Towards a truly green vision for Europe’s energy system

Energy transition

Non-governmental organisations led by Climate Action Network Europe and European Environmental Bureau are putting forward an energy scenario which maps out a path to a climate neutral Europe by 2040. This collective work shows that more ambitious targets needed to implement the Paris Agreement are possible, including reducing greenhouse gas emissions by at least 65% by 2030 and ensuring 100% renewable energy supply by 2040. 

 This op-ed was originally published by Euractiv on 29 June 2020.

As European leaders vow unprecedented action to reach carbon neutrality and preserve a healthy planet for the next generations, it is essential that we get our priorities right when designing Europe’s future energy system and related infrastructure.

This is the time for our governments and institutions to align investments with a comprehensive plan to accelerate the transition to clean energy. The next 18 to 24 months present an important window of opportunity to boost both energy efficiency and the uptake of renewable energy and to accelerate the move away from fossil fuels. Should policymakers fail to live up to expectations, it will become increasingly difficult to limit global warming to 1.5°C and prevent catastrophic consequences for people, the economy and the planet.

This is why a coalition of civil society organisations is putting forward a collective, NGO-led, scenario for a fossil-free energy system. This work – the result of continuous analysis and collaboration with industry representatives and grid operators – illustrates the EU’s most straightforward pathway to achieving at least 65% emissions reduction by 2030 and net-zero emissions by 2040. 

The publication of this scenario is very timely as we hope it will contribute to and influence upcoming discussions on future energy infrastructure planning envisaged under the Ten Year Network Development Plan (TYNDP) – an overview of the European electricity and gas infrastructure and its future development. It is high time that the associations entrusted with European grid planning, ENTSO-E and ENTSOG, update their scenarios and ensure that they are in line with the 1.5°C effort agreed under the Paris Agreement and focus on truly sustainable solutions.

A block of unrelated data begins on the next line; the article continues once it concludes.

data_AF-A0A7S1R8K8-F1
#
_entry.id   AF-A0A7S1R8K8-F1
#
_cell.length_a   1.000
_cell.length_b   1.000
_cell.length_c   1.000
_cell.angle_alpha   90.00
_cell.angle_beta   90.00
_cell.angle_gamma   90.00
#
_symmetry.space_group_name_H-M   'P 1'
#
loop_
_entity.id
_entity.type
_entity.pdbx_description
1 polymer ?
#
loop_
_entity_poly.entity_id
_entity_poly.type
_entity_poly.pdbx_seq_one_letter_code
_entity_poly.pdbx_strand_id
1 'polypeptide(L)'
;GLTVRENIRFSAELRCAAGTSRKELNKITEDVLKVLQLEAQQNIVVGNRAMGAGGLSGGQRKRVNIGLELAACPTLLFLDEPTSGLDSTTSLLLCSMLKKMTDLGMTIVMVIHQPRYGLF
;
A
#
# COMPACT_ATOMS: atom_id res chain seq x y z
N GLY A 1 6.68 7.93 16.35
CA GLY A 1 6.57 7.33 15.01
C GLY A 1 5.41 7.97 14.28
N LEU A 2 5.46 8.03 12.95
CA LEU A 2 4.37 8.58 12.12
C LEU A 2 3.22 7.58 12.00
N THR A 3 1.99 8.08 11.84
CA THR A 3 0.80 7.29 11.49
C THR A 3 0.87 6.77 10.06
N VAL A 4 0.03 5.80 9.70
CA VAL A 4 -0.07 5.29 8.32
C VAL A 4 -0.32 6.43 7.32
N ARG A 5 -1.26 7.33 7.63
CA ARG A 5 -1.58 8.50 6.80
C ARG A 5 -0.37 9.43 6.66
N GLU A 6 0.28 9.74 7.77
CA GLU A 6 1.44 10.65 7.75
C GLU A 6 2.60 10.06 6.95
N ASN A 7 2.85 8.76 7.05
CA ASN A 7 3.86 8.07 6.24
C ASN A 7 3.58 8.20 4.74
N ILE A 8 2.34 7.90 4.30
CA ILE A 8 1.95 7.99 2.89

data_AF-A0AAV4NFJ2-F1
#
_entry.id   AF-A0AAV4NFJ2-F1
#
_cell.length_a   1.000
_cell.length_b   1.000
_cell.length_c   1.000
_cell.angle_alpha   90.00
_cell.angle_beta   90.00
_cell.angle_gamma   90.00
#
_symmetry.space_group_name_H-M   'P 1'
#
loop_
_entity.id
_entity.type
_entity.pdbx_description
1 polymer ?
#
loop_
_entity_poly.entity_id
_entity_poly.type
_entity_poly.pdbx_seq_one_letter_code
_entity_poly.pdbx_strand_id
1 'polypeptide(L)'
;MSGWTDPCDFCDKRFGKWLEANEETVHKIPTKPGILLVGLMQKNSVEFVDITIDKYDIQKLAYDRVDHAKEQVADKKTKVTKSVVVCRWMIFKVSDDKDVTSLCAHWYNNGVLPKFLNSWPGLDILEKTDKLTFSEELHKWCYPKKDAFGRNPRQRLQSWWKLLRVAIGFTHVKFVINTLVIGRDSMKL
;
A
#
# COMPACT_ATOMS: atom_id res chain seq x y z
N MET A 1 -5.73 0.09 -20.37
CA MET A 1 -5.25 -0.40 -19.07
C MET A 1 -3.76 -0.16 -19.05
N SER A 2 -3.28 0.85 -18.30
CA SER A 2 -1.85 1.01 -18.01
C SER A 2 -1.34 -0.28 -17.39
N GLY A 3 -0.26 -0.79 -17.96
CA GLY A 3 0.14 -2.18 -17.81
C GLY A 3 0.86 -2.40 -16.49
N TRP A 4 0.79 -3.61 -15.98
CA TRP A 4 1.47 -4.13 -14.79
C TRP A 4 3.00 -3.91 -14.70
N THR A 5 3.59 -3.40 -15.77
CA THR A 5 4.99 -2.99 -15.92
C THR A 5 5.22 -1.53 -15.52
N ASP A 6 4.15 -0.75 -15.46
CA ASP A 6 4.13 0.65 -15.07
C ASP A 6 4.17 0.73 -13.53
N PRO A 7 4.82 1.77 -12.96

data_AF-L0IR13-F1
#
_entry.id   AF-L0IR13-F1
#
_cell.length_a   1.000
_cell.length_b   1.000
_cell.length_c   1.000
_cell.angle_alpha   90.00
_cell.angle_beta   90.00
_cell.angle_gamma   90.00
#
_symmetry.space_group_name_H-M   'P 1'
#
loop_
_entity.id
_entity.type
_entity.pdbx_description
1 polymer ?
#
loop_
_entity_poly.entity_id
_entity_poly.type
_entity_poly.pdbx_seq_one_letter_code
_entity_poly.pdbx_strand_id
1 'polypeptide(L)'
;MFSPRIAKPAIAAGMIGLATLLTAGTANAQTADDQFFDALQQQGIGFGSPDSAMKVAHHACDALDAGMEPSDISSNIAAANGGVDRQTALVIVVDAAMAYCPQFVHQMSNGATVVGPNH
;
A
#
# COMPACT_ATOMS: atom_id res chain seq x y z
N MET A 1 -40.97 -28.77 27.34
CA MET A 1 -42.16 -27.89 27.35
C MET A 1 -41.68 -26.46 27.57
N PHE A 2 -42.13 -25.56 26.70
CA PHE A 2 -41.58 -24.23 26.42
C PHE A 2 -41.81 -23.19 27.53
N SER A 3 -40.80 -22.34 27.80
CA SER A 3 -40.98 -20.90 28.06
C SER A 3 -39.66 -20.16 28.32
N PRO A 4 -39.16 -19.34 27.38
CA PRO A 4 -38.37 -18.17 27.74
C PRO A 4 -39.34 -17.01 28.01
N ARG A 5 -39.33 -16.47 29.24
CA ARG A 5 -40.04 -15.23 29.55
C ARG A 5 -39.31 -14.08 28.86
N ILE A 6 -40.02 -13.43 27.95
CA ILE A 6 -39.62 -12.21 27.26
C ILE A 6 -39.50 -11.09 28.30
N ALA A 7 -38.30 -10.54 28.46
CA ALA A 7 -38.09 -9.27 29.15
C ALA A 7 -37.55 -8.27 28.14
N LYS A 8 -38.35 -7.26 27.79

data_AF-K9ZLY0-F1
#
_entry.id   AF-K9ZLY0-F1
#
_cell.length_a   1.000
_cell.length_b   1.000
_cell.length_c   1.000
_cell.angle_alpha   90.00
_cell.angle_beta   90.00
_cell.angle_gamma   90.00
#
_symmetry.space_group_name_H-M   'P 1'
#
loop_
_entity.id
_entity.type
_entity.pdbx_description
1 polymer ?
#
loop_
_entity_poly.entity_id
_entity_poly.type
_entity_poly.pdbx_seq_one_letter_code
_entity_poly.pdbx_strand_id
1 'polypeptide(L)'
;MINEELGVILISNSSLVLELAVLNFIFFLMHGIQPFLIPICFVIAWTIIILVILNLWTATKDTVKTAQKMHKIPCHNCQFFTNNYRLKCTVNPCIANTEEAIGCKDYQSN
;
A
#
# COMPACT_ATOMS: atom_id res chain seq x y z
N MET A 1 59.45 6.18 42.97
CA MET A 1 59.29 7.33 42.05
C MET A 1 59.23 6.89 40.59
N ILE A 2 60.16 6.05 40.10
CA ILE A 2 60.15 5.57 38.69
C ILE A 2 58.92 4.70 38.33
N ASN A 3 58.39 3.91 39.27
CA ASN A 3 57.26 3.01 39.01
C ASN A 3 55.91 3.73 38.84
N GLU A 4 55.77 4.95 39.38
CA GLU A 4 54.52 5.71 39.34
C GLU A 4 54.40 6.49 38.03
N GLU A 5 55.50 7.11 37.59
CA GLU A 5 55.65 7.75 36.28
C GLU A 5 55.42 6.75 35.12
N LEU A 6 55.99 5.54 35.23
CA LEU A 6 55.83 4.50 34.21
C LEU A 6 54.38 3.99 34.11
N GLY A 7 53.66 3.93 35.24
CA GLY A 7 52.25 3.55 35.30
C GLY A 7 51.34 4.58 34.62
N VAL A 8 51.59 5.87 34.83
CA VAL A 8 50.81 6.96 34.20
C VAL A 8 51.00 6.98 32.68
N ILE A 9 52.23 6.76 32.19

The NGO-led scenario shows that to reach this goal, Europe must now start planning a complete phase out of fossil fuels. Coal would need to disappear from our energy mix by 2030, fossil gas by 2035 and oil by 2040.

According to the scenario, energy efficiency and a 100% renewable energy supply would  be the two main pillars of our future energy system. Energy savings alone would halve the EU’s energy demand by 2050, while renewable electricity generation could increase almost four-fold between 2019 and 2030. Renewables would account for at least 50% of the EU’s gross final energy consumption in 2030 and 100% in 2040. 

Key to this transition will be the electrification of all possible sectors and the full deployment of sustainable solutions, such as heat pumps,district heat networks and electric mobility. It is now important to assess  the scenario in modelling work and identify the costs, the challenges and the opportunities that it brings. Similarly, to deliver such a scenario, it is important to understand energy infrastructure needs and plan accordingly.

The COVID-19 crisis is holding up a mirror to our society and the reflection shows us the need to build a more resilient world. Conscious of this, a fossil fuel-free scenario is perhaps more relevant and required at this point in time than ever before. By coupling science-based targets on energy and climate with the recovery mechanisms, bail-outs and stimulus packages, we can speed up the transition and prevent irreversible climate change.

Currently, no scenario which enjoys the full support of organised civil society is being modelled by Europe’s infrastructure planners under the TYNDP. If this were to change, energy infrastructure projects, as outlined in this civil-society scenario, would have a much higher chance of public support. It would also ensure that the infrastructure that is prioritised in the coming years (i.e. so-called ‘Projects of Common Interest’) corresponds to a Paris Agreement-compatible energy world. It is equally important to note that this approach would bring much-needed clarity about the necessary investment across the energy sector in order to reach the Paris Agreement, to fully implement the Clean Energy Package and to fulfil the objectives of the European Green Deal.

In line with this reasoning, a broad coalition of industry representatives supports the call for more ambitious clean energy scenarios. A formal Request to expand the ongoing planning scenarios for European energy modelling will be unveiled on 30 June. The civil society-led scenario will be published on the same day. 

For a scenario to become reality, we need political will, scrutiny and stronger participation from a variety of stakeholders in the scenario development process. Policymakers must set a strong, clear and stable regulatory framework which supports the implementation of transformational measures and timely investments in the right sectors and technologies.

In 2014, the European Commission refused to look at a 55% emissions reduction scenario, it is only doing so now. The Commission should now take leadership and provide the basis for the full assessment of all relevant options. It must also respond to scientific evidence that shows that we need to cut our emissions by 65% until 2030. Therefore, discussing, modelling and further developing this scenario can be a game-changer in Europe’s ambition to safeguard climate, nature and health.

Wendel Trio, Director Climate Action Network (CAN) Europe

Antonella Battaglini, CEO Renewables Grid Initiative

Jeremy Wates, Secretary General, European Environmental Bureau (EEB)

Rana Adib, Executive Director, REN21